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Rheumatoid arthritis (RA) is a chronic inflammatory disease of unknown etiology characterized by a symmetric polyarthritis and is the most common form of chronic inflammatory arthritis. Since persistently active RA often results in articular cartilage and bone destruction and functional disability, it is vital to diagnose and treat this disease early and aggressively before damage ensues. RA, a systemic disease, may also lead to a variety of extraarticular manifestations, including fatigue, subcutaneous nodules, lung involvement, pericarditis, peripheral neuropathy, vasculitis, and hematologic abnormalities, which must be managed accordingly.

Insights gained by a wealth of basic and clinical research over the past two decades have revolutionized the contemporary paradigms for the diagnosis and management of RA. Testing for serum antibodies to anti-citrullinated protein antibodies (ACPA) and rheumatoid factor continues to be valuable in the diagnostic evaluation of patients with suspected RA, and these antibodies serve as biomarkers of prognostic significance. Advances in imaging modalities assist clinical decision-making by improving the detection of joint inflammation and monitoring the progression of damage. The science of RA has taken major leaps forward by illuminating new disease-related genes, environmental interactions, and the molecular components and pathways of disease pathogenesis in even more detail. The relative contribution of these cellular and inflammatory mediators in disease pathogenesis has been further brought to light by the observed benefits of an expanded pipeline of biologic and targeted synthetic disease-modifying therapies. Despite this progress, incomplete understanding of the initiating events of RA and the factors perpetuating the chronic inflammatory response remains a barrier to its cure and prevention.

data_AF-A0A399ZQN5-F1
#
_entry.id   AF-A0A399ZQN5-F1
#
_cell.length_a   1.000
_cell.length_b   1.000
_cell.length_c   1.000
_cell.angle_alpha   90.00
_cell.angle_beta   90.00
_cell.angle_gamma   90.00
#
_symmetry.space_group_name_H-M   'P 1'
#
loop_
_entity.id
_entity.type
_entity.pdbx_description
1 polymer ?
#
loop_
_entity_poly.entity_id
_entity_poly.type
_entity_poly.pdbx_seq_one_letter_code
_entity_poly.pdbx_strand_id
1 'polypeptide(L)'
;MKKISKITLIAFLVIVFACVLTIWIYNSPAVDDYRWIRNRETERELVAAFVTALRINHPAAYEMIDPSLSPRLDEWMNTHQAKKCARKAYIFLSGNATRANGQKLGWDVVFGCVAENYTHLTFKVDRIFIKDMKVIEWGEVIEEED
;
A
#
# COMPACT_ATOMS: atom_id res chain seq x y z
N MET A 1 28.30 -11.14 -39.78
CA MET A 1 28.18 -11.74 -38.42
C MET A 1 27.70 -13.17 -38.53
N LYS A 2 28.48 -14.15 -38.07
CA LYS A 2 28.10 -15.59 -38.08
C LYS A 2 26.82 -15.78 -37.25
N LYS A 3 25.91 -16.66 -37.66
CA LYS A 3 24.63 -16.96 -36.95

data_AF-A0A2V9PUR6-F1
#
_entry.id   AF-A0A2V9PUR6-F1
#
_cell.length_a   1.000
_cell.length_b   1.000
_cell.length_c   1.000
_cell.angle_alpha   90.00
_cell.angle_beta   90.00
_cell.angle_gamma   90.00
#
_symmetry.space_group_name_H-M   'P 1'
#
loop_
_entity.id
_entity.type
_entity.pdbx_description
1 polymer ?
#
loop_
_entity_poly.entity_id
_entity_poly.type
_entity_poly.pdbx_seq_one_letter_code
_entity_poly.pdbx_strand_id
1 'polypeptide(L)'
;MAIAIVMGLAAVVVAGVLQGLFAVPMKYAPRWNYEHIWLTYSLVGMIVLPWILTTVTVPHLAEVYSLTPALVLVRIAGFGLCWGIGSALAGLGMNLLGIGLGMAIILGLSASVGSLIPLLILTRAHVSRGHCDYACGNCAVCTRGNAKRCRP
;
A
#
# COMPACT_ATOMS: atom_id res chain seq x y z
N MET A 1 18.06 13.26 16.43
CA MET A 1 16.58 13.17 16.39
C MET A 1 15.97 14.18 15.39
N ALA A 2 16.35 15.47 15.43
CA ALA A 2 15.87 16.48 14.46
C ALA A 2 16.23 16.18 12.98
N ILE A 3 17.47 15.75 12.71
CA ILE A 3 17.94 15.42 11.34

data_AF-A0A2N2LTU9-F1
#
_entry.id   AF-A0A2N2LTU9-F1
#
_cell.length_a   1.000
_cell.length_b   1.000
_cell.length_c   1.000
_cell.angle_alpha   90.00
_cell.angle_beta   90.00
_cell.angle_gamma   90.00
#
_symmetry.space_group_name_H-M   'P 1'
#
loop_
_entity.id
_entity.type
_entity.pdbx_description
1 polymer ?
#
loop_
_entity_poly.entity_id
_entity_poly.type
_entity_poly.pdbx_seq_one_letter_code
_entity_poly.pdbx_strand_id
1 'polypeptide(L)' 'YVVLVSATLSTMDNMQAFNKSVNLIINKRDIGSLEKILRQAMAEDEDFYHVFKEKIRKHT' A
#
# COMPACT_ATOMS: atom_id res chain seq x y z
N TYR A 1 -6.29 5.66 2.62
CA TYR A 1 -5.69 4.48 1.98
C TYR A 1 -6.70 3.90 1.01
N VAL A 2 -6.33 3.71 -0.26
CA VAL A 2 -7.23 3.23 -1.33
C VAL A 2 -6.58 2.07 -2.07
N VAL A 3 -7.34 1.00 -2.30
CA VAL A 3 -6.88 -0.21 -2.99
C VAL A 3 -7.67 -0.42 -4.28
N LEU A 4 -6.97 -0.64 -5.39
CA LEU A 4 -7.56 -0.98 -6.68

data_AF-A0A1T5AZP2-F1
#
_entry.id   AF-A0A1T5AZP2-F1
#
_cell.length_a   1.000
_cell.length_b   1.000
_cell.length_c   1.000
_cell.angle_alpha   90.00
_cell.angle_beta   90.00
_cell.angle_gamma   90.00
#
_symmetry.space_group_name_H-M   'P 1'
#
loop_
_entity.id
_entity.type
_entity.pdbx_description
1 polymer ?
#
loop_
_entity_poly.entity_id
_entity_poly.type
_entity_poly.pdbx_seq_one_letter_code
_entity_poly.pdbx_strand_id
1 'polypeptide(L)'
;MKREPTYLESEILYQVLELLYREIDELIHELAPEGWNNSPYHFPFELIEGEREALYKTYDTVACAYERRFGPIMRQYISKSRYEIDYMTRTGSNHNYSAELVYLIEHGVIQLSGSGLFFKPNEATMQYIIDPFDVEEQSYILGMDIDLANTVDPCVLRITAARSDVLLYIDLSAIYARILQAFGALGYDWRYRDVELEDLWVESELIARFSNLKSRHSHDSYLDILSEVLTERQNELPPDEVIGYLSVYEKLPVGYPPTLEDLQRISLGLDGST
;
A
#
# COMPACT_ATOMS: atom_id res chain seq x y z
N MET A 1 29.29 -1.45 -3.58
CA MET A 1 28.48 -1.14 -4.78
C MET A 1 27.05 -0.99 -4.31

The past 20 years have witnessed a remarkable improvement in the outcomes of RA. The crippling arthritis of years past is encountered much less frequently today. Much of this progress can be traced to the expanded therapeutic armamentarium and the adoption of early treatment intervention. The shift in treatment strategy dictates a new mindset for primary care practitioners—namely, one that demands early referral of patients with inflammatory arthritis to a rheumatologist for prompt diagnosis and initiation of therapy. Only then will patients achieve their best outcomes.


The incidence of RA increases between 25 and 55 years of age, after which it plateaus until the age of 75 and then decreases. The presenting symptoms of RA typically result from inflammation of the joints, tendons, and bursae. Patients often complain of early morning joint stiffness lasting >1 hour that eases with physical activity. The earliest involved joints are typically the small joints of the hands and feet. The initial pattern of joint involvement may be monoarticular, oligoarticular (≤4 joints), or polyarticular (>5 joints), usually in a symmetric distribution. Some patients with inflammatory arthritis will present with too few affected joints to be classified as having RA—so-called undifferentiated inflammatory arthritis. Those with an undifferentiated arthritis who are most likely to be diagnosed later with RA have a higher number of tender ...

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